I suspect somebody found some way to funnel tax money meant for one thing into something else, and ICX invented these dummy towers just to use up the available money.
BTW, there are many places these will never be used -- wherever the wind will tear them down.
I'd put this firmly in the category of "tool". Could be effective, could be ineffective, depending on how it's used. Could be a tool of authoritarianism, could be a tool of preserving rights and safety - depending on how it's used.
"I won't buy the premise that stores want these. Once the sale is made and the shopper leaves the store, the store does not suffer if trouble happens in the parking lot, be it robbery or theft."
Of course they do. One shopper telling an "I got robbed in the Store X" parking lot can convince a lot of listeners to shop elsewhere.
The tower in this video belongs to the local police department, purchased with a Federal grant. This is an example of laws to fight terrorism being used to fight ordinary crime. Would the local government be able to justify the cost to the local taxpayers if the Federal government wasn't paying for it? Probably not. These seem to be designed to be used manned or unmanned - and it can be difficult to know if someone is inside because the windows are tinted. It seems to me that a manned observation platform (with a well trained observer) would be better than cameras watched from a building across town - the observer has windows to get an overview of the scene and cameras to assist in observing the details. However, the observer still cannot take effective action - that requires support from officers on the ground (or snipers in the tower - I hope we don't go there).
We can't have guard towers without Schultz and Klink!
There really are very fine guidelines out there for providing adequate and unobtrusive security in open spaces in general and parking lots in particular. The further you take them, the more likely you will have to pay for them. For public property, that's what your tax dollars are for. For privately/company owned infrastructure, it should be included in the price you pay for their products or services.
I guess it's typical for Wal-Mart and similar organisations to revert to this type of Soviet-like security theatre when slammed by their customers over failing or non-existent security. For those people that are genuinely concerned with their safety in such places, or have been the victim of a mugging or other type of assault:
1) Write management to bring their security measures up to specs with industry standard best practices, not to outsource them to bozo-contractors that will do whatever to make an easy buck, giving you a false sense of security only and making a mockery of "the land of the free and the home of the brave" in the process. Take your business elsewhere if they don't.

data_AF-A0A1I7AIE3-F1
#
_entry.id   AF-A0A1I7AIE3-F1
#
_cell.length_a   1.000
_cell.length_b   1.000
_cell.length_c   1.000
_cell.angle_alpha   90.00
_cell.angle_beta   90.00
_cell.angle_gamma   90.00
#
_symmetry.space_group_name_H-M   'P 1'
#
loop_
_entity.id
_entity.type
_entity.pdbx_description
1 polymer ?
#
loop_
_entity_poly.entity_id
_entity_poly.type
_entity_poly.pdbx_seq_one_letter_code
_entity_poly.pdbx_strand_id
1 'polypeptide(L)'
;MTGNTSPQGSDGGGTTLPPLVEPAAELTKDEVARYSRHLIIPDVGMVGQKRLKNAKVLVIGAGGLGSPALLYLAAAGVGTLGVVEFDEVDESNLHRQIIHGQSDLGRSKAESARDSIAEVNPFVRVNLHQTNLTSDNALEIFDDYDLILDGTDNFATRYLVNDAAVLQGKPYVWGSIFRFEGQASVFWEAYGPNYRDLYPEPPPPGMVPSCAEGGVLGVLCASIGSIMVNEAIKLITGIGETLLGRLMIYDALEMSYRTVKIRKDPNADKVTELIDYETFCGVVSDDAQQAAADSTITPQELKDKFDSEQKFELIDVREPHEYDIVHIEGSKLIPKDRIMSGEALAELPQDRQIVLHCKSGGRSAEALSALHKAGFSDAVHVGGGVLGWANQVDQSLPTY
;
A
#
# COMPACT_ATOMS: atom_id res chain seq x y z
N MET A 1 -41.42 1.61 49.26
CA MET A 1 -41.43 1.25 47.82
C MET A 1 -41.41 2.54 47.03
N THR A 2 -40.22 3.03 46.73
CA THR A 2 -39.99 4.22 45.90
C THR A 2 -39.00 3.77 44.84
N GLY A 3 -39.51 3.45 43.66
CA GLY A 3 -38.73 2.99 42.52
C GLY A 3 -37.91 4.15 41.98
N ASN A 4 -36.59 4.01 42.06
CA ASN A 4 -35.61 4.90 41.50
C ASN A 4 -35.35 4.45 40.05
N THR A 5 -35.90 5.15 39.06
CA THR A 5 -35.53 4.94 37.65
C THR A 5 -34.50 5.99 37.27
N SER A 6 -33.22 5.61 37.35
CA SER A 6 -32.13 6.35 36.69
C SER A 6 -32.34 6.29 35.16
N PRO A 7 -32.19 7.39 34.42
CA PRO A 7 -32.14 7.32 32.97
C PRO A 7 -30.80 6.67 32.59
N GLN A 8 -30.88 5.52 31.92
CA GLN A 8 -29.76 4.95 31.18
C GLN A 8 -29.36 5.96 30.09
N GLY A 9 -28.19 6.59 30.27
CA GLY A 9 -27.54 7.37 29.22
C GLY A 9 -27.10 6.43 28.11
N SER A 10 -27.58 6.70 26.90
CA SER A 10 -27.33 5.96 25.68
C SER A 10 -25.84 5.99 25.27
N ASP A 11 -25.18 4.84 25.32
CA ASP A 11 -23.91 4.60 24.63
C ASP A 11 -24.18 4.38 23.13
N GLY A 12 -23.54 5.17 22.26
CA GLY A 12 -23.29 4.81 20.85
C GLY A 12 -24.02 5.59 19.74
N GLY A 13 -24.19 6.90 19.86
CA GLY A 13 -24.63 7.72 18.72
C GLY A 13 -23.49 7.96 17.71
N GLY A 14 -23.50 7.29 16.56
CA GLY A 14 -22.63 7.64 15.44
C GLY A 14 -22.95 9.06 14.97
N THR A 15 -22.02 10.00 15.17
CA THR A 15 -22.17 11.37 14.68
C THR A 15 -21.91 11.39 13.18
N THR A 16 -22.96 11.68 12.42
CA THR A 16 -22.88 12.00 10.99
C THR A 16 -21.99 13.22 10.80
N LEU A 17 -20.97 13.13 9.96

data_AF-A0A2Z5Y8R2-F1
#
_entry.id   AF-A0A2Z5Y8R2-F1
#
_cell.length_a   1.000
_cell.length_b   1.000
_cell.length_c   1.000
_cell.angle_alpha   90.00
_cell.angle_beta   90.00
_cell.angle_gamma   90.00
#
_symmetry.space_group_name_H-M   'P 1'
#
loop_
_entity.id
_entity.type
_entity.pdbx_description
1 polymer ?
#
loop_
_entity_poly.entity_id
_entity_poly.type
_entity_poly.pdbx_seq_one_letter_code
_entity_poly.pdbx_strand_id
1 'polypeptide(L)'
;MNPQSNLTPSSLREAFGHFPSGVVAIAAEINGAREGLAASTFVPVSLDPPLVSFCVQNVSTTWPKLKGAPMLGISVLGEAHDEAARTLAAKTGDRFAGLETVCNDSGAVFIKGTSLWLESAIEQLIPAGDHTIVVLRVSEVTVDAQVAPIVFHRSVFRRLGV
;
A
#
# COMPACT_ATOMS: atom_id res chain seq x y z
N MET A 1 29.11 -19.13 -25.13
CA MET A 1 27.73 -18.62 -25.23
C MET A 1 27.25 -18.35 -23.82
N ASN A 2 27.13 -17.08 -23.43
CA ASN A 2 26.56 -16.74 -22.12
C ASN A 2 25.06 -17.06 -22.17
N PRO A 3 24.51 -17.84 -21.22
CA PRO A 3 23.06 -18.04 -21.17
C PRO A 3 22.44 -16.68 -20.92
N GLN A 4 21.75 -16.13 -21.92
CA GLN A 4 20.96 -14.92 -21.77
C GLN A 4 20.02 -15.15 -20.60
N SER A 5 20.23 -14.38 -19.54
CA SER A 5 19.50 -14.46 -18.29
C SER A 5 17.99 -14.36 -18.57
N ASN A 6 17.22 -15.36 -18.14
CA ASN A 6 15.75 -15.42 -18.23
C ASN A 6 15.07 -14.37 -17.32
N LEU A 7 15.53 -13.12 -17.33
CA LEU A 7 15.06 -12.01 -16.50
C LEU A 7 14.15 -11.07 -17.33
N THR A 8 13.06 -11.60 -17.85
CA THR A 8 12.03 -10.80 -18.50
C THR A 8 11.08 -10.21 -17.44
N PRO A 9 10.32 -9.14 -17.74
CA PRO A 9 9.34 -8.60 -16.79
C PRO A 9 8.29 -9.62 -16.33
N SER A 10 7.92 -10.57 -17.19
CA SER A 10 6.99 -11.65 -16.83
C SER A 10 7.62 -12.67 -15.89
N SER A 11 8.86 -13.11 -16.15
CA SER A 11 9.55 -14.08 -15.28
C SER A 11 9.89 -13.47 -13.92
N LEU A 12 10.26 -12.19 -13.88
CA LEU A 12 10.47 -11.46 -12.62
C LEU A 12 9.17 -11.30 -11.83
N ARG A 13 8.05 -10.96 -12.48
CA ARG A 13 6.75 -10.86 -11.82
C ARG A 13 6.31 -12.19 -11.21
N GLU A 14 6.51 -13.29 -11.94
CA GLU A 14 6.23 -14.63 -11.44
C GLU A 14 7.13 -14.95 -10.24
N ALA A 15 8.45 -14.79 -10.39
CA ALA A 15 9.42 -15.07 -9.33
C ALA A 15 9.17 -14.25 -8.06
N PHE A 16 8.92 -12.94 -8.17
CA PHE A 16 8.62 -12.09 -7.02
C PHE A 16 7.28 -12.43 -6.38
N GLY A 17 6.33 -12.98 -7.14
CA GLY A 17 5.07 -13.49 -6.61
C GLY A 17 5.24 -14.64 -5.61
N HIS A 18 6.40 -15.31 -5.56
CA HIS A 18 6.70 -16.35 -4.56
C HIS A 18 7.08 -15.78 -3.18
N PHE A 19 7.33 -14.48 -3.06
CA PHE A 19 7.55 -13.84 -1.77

2) Write your congressman to support gun control legislation that actually makes sense.
How many people arrive at the parking lot, spot the tower, and decide "this must be an _incredibly_ dangerous neighborhood -- I'll just stay in my car and drive somewhere else"?
Where I work, a bloody shoe was found in the company parking lot. Employees were asked what they saw or might know about the situation. Wait, check the security camera footage. Yeah, that camera has been broken for months and they chose NOT to fix it. So, due to embarassment, the camera was fixed (not the first time this happened), but now it couldn't see the parking lot due to trees blocking the view. Trees removed.
I am thinking the watchtowers are there for security theater, or certainly will be when money has to be spent to keep them going.
Walmart's probably worried about people breaking into cars. However, a sabotage spree directed at Walmarts around the country would have seriously implications for the economy. Of course, the things people would be sabotaging wouldn't be in the parking lots.
Oh, obviously Wal-Mart should just get rid of parking lots and instead pick their shoppers up with light-rail and trolleys that cover their market area.
The video lost me when it opened with a fox news reporter.
"I won't buy the premise that stores want these. Once the sale is made and the shopper leaves the store, the store does not suffer if trouble happens in the parking lot, be it robbery or theft."
parking lots are private property but owners can still be cited for violating laws such as safety violations (OSHA).
it's mostly up to interpretation of the laws. i have seen surveillance cameras justified by HR as an important way to help defend a company against employee claims. i also have seen lawyers demand cameras be removed and signs put up that say the company accepts no liability.
I would love to see your 'very fine guidelines for adequate and unobtrusive security.' Perhaps you could provide a cite or a link so that us career security managers could learn all the things we apparently don't know.
Parking lot security is a matter of lighting, signage, cameras (preferably monitored) and most expensive, personnel such as guards. Wal-Mart's parking lot security is actually pretty good compared to many other retailers. The greeters and cart gatherers are in a good position to respond to unusual events in parking lots; contract guards patrolling in vehicles deter muggings and discourage auto burglary, at least for those who bother to lock their cars.